xxii I. PRELIMINARY INFORMATION. 7. Médical Hints.
Jan., 82° in Feb., and 91° in March. The mean minimum for thèse
four months is 55° ; and the relative humidity is 35 per cent by day,
49 per cent at night. Dew does not fall at Assuân. — Assuân is
more under the immédiate influence of the désert, but it is ex-
posed to a rather stronger wind than Luxor. The air is bracing, al-
though 3-6° warmer than at Luxor. The beauty of the surroundings
and the interest of the Cataract lend a pecuïiar charm to Assuân.
— The accommodation for invalids is very good. Two English
physicians and one German one are in résidence at Assuân in
winter. Résident nurses are also at hand.
Patients should not leave Upper Egypt until the third week in
March, on account of the cold N. wind, and should then travel by
railway. They will find at Beyrout, Athens, Corfu, Sicily, and
Capri and other points near Naples, admirable transition-stations
Médical Hints. As regards clothing, invalids must remember that
fiannel or woollen materials are désirable, as it is often very cold in
Egypt. A fur coat or similar garment is of use. Merino unrter-
clothing of thin and also of médium texture is required. Thin
merino choiera belts may be used by invalids to protect aflected
organs, but they are not required by healthy individuals, except in
case of emergency. Patients should be careful to pay attention to the
daily changes of température (p. lix). Warmer clothing or a cloak are
useful in the morning, then lighter clothing till nearly sunset, when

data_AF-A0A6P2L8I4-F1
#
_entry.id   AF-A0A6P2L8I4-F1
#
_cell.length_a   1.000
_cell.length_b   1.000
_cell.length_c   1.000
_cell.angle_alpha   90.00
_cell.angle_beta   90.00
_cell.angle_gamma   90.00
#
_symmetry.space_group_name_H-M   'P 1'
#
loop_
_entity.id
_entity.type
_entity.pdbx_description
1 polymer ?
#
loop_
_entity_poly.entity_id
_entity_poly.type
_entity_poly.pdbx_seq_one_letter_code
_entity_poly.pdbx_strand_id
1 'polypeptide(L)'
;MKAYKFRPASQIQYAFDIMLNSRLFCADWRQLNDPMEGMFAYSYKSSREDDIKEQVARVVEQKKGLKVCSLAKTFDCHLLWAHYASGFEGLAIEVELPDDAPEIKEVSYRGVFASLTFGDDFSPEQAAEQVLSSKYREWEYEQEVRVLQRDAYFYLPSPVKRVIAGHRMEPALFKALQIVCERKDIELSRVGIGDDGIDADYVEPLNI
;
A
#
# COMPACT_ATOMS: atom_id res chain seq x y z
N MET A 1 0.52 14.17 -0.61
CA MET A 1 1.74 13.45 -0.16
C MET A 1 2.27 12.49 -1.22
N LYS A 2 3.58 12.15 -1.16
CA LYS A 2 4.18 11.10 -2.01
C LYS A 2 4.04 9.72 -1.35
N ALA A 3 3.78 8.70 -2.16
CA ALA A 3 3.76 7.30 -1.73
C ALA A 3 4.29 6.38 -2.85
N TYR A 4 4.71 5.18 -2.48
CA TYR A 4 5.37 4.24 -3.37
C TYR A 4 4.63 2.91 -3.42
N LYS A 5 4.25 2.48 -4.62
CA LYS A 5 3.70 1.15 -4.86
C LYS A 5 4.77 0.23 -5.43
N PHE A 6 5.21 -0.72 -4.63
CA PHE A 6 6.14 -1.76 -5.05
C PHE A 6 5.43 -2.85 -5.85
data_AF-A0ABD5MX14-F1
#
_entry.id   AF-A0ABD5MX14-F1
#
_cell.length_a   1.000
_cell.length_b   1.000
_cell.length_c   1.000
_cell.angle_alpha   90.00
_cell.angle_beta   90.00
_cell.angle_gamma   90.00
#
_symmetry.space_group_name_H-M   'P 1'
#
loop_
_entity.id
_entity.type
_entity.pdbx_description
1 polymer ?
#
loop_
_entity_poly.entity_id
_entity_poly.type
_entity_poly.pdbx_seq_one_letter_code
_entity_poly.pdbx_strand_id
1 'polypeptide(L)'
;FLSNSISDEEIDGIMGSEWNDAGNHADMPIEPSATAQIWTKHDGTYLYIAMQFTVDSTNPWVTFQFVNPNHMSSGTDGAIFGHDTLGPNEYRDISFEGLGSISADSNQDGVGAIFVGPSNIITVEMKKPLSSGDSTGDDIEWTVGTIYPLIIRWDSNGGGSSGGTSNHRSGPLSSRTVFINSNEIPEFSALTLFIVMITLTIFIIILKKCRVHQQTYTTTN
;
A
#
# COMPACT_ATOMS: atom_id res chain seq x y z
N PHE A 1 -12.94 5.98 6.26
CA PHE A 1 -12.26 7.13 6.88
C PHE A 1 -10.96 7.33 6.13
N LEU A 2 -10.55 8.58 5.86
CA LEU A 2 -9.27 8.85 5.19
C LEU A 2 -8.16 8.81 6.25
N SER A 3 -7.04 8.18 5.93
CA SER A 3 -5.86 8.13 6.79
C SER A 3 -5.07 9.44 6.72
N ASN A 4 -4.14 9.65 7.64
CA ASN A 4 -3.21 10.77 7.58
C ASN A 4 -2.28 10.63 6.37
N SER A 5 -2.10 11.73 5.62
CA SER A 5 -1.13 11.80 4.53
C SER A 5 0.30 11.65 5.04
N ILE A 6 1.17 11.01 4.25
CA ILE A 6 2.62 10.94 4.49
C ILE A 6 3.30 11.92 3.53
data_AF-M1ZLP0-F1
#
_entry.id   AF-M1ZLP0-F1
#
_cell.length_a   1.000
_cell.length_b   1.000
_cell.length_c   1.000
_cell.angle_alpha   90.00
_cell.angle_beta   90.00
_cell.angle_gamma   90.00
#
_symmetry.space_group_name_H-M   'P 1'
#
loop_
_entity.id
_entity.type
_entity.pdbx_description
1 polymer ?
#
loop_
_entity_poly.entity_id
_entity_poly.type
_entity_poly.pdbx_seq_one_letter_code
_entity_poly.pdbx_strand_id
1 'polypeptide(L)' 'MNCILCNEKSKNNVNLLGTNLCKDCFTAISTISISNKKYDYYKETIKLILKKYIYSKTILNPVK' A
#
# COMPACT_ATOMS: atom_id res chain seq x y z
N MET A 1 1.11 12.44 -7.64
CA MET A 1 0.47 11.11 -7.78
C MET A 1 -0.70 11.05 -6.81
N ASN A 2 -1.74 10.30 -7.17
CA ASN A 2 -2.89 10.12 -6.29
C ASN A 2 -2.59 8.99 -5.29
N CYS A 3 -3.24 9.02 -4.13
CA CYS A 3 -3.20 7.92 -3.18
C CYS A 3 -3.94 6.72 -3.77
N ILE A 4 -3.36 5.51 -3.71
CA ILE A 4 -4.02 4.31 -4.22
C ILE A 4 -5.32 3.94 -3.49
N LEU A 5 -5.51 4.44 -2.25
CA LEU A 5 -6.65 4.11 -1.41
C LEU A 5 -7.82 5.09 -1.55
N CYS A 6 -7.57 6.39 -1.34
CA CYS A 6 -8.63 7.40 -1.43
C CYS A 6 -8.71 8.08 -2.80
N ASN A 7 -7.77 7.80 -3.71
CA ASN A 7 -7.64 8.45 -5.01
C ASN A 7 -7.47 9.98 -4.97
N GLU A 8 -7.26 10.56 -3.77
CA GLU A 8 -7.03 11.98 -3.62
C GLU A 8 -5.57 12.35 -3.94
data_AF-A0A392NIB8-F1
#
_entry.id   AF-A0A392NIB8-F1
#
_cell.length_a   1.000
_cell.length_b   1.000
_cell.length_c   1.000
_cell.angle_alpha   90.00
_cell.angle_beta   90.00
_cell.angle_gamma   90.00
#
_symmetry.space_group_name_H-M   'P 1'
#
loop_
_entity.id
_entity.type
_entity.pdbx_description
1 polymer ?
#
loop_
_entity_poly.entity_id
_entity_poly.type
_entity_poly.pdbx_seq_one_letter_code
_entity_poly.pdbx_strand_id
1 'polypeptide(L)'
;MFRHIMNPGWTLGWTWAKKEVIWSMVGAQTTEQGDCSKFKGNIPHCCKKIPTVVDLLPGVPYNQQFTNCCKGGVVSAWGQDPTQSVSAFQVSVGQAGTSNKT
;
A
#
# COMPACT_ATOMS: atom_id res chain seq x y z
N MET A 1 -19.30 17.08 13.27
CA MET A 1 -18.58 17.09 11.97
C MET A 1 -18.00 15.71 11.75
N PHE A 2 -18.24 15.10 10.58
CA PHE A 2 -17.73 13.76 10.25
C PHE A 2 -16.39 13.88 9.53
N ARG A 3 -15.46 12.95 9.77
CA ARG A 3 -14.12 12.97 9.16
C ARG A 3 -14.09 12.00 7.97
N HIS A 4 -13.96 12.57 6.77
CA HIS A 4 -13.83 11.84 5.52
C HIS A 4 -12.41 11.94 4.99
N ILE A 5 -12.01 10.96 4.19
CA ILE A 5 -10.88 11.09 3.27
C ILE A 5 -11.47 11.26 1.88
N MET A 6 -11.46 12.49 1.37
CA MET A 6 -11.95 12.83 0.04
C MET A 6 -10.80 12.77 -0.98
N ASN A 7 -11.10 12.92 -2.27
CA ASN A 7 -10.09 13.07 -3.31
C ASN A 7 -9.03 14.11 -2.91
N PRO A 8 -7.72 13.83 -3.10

the cloak should be resumed. Most invalids should not leave the
hôtel (or, in certain cases, their bedrooms) before 10 a. m. The hour
for returning to the hôtel varies with the place and the month, being
earliest in Jan. and latest in March and April. If the patient be
guided by the relative humidity, it would be earliest at Mena House,
say about sunset ; a little later at Helwân ; at Luxor still later, 6 p. m.
(except in Jan.), and 8 p. m. in March; and latest of ail at Assuân,
— it being always understood that précautions as to extra clothing
hâve been taken. — Those who are not invalids, and in some cases
invalids also, may sleep with the Windows open with safety, but
travellers should be chary of doing so on board the steamboats.
There are good chemists at Alexandria, Cairo, Luxor, and As¬
suân, from wbom small medieine-chests adapted for the climate may
be purchased. The advice of the traveller's physician at home will
be useful in stocking such a medicine-chest. In serious cases of
illness a European doctor, when procurable, should always be con-
sulted, as tbe traveller's own expérience acquired at home is of little
avail in the climate of Egypt.
Diarrhœa, which is apt to develop into dysentery, is a very common
complaint in this climate, and is generally the resuit of catehing cold.
Early treatment by a physician will generally resuit in cutting short an
attack. The patient should first take a slight aperient, and afterwards
tincture of opium. A simple farinaceous diet will be bénéficiai while
fruit, méat, and fatty substances should be avoided. In some cases of
diarrhœa ail remédies are sometimes unavailing except change of climate